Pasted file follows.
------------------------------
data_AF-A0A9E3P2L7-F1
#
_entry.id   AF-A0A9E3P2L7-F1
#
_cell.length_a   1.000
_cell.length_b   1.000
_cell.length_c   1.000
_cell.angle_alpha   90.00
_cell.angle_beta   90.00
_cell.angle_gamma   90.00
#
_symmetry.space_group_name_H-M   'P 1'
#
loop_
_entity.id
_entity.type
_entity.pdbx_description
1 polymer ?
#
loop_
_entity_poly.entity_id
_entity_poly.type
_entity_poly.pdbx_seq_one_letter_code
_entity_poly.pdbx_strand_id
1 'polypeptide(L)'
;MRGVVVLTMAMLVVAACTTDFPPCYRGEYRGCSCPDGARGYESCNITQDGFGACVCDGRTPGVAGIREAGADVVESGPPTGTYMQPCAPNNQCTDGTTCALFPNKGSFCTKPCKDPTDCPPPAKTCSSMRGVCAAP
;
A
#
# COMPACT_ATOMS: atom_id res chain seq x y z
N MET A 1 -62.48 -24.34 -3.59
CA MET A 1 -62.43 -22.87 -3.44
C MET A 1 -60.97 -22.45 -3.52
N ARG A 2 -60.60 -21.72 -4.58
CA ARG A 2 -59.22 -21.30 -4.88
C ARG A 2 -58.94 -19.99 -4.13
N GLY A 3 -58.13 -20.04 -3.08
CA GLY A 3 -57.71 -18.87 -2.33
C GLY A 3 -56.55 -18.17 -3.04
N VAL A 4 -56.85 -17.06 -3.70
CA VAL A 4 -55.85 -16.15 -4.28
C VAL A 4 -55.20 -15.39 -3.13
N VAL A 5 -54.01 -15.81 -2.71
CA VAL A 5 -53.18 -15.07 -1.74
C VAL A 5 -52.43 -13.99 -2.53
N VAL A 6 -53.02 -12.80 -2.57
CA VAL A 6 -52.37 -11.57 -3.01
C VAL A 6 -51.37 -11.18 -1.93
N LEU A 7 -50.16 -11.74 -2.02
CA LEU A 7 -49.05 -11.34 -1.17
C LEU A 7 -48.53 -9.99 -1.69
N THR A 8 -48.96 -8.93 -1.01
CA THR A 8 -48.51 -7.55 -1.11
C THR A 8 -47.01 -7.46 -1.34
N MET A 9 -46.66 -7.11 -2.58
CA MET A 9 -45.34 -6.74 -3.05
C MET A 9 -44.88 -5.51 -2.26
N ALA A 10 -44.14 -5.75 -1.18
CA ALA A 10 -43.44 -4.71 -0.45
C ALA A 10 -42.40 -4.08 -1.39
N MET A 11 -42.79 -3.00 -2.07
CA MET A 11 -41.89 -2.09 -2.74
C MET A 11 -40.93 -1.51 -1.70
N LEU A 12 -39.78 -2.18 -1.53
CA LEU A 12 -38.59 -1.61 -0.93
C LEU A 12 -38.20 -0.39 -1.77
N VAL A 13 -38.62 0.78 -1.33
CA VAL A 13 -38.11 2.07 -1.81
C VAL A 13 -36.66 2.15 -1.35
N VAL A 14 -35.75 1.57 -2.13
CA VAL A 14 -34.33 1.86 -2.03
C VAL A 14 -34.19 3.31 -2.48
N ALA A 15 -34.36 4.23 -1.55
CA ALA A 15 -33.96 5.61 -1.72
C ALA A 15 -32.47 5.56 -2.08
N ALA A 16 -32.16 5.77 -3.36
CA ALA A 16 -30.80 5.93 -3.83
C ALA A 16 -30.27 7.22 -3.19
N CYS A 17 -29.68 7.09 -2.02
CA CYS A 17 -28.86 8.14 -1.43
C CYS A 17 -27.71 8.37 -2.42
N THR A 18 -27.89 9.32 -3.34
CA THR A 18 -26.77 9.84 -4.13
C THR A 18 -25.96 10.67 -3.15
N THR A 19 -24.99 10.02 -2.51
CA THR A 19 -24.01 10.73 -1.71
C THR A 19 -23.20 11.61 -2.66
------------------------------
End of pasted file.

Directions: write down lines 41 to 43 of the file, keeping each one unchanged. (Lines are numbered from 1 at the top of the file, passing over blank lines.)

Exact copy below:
CA VAL A 4 -55.85 -16.15 -4.28
C VAL A 4 -55.20 -15.39 -3.13
N VAL A 5 -54.01 -15.81 -2.71